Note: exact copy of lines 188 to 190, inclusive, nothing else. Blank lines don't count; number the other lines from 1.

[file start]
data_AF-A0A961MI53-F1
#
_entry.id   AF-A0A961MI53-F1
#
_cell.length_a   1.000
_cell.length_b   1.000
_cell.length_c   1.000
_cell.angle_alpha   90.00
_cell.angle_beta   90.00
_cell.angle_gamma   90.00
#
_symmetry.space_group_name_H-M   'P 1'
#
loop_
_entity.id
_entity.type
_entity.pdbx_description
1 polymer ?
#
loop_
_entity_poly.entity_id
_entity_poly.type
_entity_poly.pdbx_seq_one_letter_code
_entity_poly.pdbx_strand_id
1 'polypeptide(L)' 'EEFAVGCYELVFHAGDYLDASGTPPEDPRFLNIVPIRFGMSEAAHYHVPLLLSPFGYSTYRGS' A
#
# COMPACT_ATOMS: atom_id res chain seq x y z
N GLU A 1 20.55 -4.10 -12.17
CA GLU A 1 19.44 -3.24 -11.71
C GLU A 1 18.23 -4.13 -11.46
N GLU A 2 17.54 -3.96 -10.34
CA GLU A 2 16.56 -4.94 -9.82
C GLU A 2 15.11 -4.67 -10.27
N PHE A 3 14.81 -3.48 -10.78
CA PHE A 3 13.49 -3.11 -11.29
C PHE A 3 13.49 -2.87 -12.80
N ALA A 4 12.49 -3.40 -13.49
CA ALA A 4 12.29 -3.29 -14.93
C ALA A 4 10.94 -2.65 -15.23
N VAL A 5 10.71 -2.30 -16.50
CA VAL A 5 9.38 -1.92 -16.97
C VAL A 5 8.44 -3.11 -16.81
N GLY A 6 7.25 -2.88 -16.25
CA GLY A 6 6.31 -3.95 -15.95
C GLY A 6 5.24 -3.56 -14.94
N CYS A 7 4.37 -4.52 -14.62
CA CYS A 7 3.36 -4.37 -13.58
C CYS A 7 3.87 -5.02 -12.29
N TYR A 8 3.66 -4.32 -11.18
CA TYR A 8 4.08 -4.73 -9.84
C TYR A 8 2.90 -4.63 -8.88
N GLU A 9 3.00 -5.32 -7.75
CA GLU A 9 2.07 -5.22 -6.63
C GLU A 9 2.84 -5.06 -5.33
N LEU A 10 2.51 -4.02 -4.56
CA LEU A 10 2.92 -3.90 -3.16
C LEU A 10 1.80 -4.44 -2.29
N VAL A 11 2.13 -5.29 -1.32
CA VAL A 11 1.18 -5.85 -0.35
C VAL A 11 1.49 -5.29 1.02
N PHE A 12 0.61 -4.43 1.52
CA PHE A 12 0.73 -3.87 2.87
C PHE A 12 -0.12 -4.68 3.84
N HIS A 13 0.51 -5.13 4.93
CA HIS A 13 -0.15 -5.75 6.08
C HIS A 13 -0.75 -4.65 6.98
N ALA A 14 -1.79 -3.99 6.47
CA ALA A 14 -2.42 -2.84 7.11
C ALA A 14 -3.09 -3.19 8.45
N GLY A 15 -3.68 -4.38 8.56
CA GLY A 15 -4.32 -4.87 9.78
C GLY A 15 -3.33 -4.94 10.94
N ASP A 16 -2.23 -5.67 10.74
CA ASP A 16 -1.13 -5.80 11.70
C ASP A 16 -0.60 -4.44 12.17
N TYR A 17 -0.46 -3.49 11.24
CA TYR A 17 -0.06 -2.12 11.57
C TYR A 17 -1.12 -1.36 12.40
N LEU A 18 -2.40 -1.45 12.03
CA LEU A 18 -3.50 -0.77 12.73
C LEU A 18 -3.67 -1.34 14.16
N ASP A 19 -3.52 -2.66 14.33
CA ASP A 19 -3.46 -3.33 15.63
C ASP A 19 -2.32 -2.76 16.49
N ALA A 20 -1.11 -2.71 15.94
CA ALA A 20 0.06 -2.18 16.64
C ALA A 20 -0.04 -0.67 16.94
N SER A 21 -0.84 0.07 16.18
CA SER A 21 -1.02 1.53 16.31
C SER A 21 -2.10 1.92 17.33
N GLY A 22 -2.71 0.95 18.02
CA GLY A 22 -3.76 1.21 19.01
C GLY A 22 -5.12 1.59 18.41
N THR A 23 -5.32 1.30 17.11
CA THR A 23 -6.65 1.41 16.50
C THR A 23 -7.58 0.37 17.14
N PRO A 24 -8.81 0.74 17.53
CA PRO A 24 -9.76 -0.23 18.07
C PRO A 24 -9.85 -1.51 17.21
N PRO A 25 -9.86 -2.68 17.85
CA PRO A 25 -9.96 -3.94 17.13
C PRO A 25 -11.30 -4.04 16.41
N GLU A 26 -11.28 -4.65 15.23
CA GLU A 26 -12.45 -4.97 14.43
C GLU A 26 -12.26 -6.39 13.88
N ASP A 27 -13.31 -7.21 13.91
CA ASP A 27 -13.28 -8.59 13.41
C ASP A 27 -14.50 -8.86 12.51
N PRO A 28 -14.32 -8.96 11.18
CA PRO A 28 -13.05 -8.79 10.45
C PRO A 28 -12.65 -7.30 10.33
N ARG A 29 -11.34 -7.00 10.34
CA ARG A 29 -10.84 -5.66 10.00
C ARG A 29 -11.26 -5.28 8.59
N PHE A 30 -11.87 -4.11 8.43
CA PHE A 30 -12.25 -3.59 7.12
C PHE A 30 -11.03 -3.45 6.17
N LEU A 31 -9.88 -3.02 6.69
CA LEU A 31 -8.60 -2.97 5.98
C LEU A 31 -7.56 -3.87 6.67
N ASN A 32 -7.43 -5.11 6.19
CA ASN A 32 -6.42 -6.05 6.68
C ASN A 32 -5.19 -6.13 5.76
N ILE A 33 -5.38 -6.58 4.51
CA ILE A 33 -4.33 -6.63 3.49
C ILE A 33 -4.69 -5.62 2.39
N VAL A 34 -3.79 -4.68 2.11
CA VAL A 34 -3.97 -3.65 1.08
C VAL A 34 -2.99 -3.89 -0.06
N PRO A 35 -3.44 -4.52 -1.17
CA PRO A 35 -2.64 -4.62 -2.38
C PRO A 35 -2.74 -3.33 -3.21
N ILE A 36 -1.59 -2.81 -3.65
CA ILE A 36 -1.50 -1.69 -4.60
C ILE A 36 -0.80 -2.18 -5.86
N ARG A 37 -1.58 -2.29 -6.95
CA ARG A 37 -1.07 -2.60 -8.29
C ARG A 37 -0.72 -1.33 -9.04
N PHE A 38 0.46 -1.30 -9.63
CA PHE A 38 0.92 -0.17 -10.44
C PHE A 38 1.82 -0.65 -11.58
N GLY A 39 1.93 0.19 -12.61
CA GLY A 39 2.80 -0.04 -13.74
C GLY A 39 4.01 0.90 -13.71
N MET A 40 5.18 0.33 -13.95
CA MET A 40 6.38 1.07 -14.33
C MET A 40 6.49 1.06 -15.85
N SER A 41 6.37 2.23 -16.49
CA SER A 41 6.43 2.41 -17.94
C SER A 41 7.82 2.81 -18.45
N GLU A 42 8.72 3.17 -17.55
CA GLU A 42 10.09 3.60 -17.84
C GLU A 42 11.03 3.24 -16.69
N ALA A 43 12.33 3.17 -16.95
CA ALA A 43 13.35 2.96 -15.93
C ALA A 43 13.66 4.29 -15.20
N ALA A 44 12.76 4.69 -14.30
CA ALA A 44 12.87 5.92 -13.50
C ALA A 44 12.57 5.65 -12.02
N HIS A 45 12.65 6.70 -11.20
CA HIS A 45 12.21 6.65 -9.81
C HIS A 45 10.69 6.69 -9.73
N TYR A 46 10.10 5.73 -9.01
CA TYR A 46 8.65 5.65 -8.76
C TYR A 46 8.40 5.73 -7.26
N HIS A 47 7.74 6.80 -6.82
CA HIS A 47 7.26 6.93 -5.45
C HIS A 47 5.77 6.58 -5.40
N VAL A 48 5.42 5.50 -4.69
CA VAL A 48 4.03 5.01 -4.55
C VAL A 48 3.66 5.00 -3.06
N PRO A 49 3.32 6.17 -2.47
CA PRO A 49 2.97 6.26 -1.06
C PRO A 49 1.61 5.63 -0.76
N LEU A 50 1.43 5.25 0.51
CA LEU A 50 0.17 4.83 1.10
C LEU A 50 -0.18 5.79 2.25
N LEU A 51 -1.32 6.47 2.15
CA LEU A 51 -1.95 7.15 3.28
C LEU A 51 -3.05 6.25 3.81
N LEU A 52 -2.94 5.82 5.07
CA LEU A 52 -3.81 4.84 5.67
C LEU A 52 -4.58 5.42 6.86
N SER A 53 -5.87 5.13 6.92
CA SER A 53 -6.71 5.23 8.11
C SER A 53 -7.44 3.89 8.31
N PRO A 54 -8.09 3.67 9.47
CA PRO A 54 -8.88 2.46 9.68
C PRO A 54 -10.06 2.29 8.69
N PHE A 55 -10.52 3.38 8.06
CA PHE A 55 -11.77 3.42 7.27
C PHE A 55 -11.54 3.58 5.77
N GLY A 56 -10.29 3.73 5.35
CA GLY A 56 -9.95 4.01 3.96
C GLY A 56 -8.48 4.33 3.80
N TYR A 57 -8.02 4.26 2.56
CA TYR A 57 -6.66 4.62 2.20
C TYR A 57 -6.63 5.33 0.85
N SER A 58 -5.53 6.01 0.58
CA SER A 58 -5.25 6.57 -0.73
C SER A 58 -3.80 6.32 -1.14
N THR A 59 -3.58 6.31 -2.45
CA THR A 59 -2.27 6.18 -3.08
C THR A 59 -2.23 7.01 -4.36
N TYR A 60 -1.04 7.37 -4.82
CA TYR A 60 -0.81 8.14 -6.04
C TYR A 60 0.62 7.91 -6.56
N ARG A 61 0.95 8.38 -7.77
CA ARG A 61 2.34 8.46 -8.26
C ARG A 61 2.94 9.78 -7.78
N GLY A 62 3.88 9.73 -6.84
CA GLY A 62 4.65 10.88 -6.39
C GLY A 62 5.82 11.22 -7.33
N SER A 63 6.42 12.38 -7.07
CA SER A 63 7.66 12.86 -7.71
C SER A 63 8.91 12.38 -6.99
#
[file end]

CA PRO A 54 -8.88 2.46 9.68
C PRO A 54 -10.06 2.29 8.69
N PHE A 55 -10.52 3.38 8.06